Nodes form the structure of the suffix tree, and link up children nodes as well. Every internal node I of a suffix tree will also have a suffix-node whose path-label is the immediate suffix of node I.
> (define a-tree (make-tree))
> (tree-add! a-tree (string->label "peter piper"))
> (for ([i (in-naturals)] [c (node-children (tree-root a-tree))]) (printf "~a: ~a\n" i (label->string (node-up-label c))))
3: r piper
5: ter piper
> (define p-node (node-find-child (tree-root a-tree) #\p))
> (for ([i (in-naturals)] [c (node-children p-node)]) (printf "~a: ~a\n" i (label->string (node-up-label c))))
(node-up-label a-node) → label a-node : node
(node-parent a-node) → (or/c node #f) a-node : node
(node-suffix-link a-node) → node a-node : node
(node-find-child a-node a-label-element) → (or/c node #f) a-node : node a-label-element : label-element
(node-children a-node) → (listof node) a-node : node
Labels represent an immutable sequence of label-elements. Label-elements can be anything that compare with equal?, but the most common label-elements will be characters. Labels can be sublabeled with efficiency.
Note that label->string can’t be directly used on a label with a sentinel.
(sublabel a-label left-offset [right-offset]) → label a-label : label left-offset : number right-offset : number = (label-length label)
If right-offset is omitted, it defaults to (label-length label).
(<= left-offset right-offset) should be #t.
(label-ref a-label a-offset) → label-element a-label : label a-offset : number
(label-length a-label) → number a-label : label
(label-equal? label-1 label-2) → boolean label-1 : label label-2 : label
Warning: two labels may have equal content, but come from different sources.
(label-source-eq? label-1 label-2) → boolean label-1 : label label-2 : label
(label-source-id a-label) → number a-label : label
(label-source-eq? label-1 label-2)
This module provides some example applications of suffix trees.
> (longest-common-substring "Lambda: the Ultimate Imperative" "Procedure Call Implementations Considered Harmful, or, Lambda: the Ultimate GOTO")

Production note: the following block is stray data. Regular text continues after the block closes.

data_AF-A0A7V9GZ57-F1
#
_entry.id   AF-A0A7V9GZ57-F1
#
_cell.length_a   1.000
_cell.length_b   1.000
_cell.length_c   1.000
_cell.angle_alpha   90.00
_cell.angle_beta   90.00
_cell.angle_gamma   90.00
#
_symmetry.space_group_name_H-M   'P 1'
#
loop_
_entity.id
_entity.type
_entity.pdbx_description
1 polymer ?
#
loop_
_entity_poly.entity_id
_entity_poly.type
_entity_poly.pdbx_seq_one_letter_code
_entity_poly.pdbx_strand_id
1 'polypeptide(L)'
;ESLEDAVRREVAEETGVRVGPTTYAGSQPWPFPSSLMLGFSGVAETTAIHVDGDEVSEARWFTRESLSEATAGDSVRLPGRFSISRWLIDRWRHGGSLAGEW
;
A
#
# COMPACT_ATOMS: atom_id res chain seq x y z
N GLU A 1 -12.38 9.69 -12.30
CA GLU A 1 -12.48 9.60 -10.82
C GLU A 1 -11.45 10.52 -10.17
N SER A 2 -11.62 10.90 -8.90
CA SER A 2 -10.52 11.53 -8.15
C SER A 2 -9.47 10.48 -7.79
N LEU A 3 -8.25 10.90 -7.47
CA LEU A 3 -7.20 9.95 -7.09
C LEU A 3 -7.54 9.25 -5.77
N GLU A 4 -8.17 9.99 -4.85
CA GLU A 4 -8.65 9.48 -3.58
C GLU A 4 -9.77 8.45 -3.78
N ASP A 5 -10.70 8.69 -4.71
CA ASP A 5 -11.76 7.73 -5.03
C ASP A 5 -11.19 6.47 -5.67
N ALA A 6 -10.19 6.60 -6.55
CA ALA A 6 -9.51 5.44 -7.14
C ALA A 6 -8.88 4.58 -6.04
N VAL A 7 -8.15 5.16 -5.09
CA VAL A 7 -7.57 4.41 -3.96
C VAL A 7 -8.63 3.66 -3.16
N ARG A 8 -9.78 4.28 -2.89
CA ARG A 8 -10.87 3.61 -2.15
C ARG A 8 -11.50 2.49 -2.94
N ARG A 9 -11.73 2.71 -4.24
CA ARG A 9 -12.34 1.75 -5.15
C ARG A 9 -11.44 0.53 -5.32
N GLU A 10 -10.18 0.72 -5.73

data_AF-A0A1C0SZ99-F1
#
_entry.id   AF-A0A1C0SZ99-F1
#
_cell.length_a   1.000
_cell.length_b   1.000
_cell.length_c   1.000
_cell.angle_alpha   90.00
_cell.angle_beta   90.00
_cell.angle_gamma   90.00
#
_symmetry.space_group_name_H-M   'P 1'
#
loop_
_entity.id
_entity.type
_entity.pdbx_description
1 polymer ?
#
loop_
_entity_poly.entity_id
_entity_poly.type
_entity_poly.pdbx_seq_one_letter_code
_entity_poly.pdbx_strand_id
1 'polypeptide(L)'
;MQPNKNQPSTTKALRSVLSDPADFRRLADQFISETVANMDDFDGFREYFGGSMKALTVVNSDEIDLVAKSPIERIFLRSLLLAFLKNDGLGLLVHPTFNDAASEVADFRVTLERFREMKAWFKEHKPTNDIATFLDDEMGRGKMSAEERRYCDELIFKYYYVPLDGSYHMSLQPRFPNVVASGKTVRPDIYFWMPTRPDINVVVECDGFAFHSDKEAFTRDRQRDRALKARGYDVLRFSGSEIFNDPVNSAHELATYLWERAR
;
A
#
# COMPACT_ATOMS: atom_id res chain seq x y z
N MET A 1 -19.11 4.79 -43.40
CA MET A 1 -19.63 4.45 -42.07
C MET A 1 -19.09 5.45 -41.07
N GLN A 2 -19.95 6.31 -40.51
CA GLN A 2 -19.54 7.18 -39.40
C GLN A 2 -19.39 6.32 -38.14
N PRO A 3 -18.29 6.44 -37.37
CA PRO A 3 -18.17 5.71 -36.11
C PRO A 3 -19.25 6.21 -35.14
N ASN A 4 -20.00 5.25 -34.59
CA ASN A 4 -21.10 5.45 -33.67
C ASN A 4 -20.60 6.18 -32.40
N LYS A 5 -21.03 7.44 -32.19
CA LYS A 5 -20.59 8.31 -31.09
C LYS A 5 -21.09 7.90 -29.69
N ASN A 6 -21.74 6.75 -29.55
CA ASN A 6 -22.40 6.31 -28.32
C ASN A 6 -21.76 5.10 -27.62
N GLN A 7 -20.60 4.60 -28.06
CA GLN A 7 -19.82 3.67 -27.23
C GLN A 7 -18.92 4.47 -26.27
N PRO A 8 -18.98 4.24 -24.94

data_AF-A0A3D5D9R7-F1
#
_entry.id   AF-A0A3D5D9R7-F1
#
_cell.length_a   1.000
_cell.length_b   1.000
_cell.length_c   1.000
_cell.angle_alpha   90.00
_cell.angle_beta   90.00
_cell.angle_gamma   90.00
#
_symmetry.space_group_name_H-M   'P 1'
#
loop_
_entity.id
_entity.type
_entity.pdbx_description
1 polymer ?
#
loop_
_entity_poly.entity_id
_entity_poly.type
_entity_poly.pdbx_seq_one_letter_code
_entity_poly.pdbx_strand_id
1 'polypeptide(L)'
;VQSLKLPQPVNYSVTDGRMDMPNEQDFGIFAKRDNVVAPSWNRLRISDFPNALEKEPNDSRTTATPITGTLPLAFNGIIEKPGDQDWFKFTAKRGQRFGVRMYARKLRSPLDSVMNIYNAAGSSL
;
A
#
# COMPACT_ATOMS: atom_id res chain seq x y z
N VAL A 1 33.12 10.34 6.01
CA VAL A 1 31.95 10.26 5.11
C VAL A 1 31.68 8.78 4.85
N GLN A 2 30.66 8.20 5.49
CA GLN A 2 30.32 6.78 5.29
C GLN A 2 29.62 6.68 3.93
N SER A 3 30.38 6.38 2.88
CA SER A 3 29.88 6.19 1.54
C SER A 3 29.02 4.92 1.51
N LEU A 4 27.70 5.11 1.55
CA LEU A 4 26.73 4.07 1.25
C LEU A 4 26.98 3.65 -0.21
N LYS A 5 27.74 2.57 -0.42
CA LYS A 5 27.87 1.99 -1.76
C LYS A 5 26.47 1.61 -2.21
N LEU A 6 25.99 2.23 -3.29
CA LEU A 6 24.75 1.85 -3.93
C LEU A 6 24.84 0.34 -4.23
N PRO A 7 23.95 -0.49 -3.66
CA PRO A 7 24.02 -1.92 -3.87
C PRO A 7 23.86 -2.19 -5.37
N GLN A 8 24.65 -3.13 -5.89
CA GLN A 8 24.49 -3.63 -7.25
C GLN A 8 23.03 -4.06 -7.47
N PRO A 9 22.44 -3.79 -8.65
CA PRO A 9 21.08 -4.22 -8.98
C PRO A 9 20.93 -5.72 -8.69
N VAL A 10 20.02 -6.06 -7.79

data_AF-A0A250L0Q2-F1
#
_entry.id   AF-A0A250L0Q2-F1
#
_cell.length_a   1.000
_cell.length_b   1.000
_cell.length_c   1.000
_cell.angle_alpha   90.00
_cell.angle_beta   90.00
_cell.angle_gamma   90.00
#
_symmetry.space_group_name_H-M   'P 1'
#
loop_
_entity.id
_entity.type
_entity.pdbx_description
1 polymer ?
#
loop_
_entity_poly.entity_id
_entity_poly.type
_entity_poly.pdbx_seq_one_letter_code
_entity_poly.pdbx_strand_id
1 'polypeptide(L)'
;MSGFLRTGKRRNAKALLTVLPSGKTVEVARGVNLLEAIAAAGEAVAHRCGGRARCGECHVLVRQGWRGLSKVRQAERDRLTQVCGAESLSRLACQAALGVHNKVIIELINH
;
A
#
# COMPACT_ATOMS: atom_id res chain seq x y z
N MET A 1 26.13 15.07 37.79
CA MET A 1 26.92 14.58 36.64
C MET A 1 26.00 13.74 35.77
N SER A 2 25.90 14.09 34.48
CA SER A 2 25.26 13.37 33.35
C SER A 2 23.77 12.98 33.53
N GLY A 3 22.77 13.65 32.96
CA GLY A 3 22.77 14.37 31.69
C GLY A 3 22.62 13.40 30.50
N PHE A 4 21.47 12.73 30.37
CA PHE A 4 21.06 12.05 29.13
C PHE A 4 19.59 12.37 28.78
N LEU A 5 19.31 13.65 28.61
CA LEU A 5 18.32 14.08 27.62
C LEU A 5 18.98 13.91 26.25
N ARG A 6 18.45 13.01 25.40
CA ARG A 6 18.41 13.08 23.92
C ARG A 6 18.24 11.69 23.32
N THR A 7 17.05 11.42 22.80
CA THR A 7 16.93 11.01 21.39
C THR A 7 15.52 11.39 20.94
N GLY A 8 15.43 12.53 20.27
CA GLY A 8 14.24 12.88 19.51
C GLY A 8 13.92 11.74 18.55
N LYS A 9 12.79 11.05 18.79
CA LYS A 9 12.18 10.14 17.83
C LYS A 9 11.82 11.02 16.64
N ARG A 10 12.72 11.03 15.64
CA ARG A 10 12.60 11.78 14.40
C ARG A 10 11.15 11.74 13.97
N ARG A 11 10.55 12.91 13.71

"Lambda: the Ultimate "
(longest-common-sublabel label-1 label-2) → label label-1 : label label-2 : label
(path-label a-node) → label a-node : node
The code in tree-add! assumes that the construction of the full suffix tree on its input string is possible. Certain strings don’t have an full explicit suffix tree, such as "foo".
In this case, when we try to construct a suffix tree out of "foo", we have an implicit suffix tree, where not every leaf corresponds to a suffix of the input string. The suffix "o" is implicit in this tree.
In order to guarantee that all suffixes will have a place in the suffix tree, we’ll often add a sentinel character at the end the string to make sure all suffixes have a unique path in the suffix tree. For example, assuming that we use "$" as our sentinel:
+-- "o" -- "o$"
| +---- "$"
The API has the function string->label/with-sentinel to automatically add a unique sentinel character at the end of a string.
(let ([tree (make-tree)] [label (string->label/with-sentinel "foo")]) (tree-add! label))
so be sure to use this if you need to ensure the representation of all suffixes in the suffix tree.
Dan Gusfield. Algorithms on Strings, Trees, and Sequences: Computer Science and Computational Biology. Cambridge University Press, New York, NY, 1997.
Lloyd Allison. Suffix Trees. http://www.allisons.org/ll/AlgDS/Tree/Suffix/
Mark Nelson. Fast String Searching With Suffix Trees. Dr. Dobb’s Journal, August, 1996. http://www.dogma.net/markn/articles/suffixt/suffixt.htm
Mummer: Ultra-fast alignment of large-scale DNA and protein sequences. http://mummer.sourceforge.net/